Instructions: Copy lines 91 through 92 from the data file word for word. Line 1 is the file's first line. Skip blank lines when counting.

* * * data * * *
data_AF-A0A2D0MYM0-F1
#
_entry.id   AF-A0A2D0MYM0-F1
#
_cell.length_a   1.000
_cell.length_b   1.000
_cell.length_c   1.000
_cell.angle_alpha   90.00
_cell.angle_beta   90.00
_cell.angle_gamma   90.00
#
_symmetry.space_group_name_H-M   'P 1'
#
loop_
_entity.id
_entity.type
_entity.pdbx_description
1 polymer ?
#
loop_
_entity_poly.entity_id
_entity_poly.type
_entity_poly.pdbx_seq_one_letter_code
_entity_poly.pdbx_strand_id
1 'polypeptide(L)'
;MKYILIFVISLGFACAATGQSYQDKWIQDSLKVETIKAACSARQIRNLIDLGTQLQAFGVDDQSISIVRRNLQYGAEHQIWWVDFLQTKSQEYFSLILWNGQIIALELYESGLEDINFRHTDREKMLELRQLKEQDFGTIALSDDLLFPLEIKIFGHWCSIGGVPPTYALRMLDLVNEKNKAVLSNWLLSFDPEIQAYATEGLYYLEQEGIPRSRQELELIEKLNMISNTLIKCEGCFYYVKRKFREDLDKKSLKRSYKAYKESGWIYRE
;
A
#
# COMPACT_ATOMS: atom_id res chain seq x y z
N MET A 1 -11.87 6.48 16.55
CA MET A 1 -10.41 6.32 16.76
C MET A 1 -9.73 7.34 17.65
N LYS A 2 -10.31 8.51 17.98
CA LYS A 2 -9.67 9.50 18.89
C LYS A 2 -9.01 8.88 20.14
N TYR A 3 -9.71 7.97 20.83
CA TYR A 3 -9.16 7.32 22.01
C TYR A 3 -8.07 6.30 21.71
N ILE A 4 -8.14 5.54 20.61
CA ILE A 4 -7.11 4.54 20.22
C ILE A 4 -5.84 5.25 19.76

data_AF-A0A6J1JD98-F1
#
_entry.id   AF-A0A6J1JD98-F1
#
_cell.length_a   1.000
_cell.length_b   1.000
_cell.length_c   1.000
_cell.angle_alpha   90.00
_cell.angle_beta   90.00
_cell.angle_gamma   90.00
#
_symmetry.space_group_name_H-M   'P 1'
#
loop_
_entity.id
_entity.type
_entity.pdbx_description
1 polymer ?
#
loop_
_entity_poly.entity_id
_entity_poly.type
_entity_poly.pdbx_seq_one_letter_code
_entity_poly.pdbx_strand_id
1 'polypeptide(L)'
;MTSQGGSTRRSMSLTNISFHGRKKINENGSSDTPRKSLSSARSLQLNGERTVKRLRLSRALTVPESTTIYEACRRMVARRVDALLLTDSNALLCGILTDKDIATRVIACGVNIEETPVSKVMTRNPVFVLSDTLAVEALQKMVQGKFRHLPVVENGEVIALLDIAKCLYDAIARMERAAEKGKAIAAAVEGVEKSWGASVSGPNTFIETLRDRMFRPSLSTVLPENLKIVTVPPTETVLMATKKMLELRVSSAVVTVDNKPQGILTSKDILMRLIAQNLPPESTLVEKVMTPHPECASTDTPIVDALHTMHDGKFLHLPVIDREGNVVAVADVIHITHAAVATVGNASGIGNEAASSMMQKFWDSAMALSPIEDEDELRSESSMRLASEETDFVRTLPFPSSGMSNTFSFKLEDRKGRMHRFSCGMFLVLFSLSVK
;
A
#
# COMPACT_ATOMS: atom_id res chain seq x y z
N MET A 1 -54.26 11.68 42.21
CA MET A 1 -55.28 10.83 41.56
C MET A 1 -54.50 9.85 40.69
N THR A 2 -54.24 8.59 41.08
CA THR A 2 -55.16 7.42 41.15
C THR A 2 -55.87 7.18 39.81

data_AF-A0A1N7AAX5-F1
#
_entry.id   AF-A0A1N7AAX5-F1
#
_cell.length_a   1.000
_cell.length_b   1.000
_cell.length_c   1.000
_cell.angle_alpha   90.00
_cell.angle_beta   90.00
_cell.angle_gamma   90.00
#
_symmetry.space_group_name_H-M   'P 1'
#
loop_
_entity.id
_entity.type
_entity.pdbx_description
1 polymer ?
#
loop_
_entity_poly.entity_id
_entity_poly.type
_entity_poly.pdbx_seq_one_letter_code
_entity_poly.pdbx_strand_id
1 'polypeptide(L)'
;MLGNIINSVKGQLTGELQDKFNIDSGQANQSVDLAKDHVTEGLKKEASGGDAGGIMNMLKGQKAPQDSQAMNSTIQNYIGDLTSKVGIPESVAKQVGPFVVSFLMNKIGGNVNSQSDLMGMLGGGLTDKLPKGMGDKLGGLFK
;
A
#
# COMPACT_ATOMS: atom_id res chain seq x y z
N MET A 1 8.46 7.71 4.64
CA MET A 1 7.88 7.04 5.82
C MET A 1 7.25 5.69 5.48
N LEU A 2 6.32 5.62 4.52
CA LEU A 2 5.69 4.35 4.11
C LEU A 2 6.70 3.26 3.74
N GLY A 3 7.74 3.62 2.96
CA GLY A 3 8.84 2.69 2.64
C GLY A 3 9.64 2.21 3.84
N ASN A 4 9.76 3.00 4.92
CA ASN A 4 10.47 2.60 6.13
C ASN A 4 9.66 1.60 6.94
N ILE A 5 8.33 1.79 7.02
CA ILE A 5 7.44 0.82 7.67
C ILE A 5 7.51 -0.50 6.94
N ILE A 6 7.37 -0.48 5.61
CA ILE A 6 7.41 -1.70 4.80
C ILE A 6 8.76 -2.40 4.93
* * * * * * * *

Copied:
#
loop_